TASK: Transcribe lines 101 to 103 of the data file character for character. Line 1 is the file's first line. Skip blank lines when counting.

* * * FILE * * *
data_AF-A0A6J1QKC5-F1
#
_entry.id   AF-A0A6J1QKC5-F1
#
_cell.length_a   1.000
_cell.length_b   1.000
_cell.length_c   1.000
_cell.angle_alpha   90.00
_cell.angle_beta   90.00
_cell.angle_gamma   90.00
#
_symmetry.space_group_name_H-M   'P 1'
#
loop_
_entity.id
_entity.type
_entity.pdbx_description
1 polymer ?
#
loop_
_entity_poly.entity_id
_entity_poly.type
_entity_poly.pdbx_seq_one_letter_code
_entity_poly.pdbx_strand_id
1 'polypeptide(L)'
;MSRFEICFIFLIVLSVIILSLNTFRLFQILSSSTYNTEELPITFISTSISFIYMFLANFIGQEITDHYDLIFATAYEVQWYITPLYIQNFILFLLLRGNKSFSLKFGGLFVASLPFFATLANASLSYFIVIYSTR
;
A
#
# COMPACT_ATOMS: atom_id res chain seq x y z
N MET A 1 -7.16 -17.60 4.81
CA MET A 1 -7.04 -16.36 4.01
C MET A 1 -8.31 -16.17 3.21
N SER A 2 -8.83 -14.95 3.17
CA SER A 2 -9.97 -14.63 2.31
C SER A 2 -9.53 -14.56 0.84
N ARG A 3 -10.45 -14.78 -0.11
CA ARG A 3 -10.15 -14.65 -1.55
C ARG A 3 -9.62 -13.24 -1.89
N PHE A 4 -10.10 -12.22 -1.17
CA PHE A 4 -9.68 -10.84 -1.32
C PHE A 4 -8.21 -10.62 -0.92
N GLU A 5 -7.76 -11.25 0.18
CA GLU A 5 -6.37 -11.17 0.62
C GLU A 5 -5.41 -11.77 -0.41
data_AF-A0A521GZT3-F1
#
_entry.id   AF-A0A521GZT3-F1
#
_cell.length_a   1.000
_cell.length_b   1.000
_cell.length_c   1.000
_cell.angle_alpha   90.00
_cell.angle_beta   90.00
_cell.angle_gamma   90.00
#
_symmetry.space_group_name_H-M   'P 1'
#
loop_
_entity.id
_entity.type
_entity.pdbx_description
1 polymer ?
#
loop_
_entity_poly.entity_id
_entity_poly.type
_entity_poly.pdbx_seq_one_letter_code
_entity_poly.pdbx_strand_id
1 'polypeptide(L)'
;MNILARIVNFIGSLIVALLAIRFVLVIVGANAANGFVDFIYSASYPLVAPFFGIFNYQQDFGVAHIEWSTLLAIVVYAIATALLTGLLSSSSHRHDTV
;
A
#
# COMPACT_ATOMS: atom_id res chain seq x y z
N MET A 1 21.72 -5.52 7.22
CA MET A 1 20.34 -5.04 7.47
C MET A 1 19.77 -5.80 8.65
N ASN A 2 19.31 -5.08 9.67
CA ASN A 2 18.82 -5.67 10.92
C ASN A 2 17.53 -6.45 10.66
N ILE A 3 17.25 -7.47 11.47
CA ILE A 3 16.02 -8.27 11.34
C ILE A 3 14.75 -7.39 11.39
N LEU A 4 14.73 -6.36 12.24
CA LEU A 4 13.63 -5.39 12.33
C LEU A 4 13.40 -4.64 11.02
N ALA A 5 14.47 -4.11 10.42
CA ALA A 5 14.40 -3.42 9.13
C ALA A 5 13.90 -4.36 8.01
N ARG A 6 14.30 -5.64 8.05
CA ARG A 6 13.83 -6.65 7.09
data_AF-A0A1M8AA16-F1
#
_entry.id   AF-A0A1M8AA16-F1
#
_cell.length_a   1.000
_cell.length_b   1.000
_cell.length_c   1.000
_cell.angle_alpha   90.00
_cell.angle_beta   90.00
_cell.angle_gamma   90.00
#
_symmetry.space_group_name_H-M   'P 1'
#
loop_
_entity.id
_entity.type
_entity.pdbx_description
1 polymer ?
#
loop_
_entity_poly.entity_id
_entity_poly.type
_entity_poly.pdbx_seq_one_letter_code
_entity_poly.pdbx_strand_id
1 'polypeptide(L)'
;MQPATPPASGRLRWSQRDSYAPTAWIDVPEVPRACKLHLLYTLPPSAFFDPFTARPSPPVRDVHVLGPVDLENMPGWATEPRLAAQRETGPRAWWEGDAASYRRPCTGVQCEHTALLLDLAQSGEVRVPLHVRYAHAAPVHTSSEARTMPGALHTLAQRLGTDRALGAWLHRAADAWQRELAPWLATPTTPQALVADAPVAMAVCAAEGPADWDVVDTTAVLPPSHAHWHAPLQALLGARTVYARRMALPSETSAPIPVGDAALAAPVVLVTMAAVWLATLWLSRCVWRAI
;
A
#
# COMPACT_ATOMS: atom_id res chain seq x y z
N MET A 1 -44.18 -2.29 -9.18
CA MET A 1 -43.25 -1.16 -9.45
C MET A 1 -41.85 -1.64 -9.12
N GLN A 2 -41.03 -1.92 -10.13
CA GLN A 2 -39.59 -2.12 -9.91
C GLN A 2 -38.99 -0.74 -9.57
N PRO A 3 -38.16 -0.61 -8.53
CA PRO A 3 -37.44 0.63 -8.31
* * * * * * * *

_cell.angle_beta   90.00
_cell.angle_gamma   90.00
#